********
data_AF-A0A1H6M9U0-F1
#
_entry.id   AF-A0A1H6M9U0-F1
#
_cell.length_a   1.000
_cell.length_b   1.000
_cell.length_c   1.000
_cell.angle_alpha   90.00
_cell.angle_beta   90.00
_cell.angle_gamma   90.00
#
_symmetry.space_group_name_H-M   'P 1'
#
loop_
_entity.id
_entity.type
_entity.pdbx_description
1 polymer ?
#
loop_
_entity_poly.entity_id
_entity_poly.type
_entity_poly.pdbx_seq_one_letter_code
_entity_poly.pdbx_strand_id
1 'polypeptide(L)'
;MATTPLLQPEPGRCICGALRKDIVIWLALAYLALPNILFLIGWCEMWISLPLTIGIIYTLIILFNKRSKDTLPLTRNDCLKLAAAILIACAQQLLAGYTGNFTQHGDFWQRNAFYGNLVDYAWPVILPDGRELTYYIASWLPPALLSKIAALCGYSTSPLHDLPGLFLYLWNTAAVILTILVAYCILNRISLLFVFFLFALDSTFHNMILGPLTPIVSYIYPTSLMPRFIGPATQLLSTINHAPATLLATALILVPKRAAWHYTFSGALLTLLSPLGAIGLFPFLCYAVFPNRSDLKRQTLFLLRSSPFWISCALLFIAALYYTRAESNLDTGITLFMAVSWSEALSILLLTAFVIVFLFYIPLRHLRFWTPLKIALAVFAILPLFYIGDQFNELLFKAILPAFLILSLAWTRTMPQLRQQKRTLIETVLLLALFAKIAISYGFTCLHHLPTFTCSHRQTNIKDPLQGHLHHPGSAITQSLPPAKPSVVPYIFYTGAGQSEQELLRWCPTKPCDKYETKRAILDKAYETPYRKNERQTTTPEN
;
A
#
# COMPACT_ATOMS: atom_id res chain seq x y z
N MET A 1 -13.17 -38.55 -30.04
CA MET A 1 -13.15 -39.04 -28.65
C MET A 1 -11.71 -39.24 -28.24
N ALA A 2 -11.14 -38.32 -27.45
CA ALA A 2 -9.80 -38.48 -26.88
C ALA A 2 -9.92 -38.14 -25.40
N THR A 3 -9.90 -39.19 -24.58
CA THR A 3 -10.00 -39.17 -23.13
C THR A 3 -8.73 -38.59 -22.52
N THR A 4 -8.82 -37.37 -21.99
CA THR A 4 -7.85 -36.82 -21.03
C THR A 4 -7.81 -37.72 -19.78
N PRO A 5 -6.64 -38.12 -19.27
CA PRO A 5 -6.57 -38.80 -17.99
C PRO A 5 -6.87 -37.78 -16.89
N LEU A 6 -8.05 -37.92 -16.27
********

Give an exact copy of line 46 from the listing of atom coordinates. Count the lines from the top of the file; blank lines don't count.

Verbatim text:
N LEU A 6 -8.05 -37.92 -16.27